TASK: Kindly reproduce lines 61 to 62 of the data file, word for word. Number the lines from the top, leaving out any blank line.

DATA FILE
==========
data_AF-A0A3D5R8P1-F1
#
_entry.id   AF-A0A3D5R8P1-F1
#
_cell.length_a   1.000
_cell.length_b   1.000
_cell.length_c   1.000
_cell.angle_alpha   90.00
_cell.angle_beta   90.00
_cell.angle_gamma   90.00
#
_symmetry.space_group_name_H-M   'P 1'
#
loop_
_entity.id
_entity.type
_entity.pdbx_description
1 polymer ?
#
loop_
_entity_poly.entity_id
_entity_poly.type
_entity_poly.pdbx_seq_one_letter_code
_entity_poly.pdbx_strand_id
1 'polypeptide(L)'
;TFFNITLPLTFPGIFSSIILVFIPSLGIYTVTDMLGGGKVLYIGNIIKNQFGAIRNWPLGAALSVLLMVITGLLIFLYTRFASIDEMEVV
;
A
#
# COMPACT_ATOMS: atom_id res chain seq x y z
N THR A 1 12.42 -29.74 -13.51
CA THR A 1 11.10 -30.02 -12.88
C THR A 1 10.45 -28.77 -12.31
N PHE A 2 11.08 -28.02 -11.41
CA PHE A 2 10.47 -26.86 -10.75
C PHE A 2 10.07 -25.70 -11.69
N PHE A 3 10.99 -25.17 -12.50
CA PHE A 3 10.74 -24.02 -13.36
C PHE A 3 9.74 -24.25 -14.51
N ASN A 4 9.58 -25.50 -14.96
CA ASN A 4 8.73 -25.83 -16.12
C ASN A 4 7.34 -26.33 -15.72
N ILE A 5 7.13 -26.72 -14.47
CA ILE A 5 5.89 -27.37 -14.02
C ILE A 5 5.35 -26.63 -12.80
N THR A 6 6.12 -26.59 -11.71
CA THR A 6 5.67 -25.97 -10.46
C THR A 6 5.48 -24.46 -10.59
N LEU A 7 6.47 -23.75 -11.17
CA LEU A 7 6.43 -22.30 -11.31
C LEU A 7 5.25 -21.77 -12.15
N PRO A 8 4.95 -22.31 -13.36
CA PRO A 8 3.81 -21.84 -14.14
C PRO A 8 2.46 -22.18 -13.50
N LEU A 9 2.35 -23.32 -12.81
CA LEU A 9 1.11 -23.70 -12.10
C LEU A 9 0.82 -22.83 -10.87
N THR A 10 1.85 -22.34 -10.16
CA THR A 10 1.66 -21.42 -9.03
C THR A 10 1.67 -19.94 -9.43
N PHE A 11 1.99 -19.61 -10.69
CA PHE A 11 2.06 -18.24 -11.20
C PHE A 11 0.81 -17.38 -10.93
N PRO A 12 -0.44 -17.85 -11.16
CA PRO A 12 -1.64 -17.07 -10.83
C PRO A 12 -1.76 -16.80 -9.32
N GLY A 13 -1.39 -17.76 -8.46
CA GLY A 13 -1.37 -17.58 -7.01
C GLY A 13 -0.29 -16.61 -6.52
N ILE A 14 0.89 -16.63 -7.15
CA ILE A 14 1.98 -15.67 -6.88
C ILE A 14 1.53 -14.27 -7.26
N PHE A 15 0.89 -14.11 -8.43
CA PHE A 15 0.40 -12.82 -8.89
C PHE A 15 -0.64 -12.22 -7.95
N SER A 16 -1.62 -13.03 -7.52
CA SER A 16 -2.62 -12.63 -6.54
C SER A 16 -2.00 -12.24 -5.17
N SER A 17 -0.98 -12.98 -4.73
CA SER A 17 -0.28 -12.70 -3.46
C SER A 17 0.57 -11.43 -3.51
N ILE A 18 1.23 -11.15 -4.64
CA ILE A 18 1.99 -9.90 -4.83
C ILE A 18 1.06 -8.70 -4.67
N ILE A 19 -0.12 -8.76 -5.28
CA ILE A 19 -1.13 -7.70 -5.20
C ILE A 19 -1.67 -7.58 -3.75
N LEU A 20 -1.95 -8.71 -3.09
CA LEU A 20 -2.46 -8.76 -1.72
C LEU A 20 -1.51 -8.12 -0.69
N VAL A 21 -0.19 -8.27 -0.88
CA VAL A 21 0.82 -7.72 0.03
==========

N PHE A 11 1.99 -19.61 -10.69
CA PHE A 11 2.06 -18.24 -11.20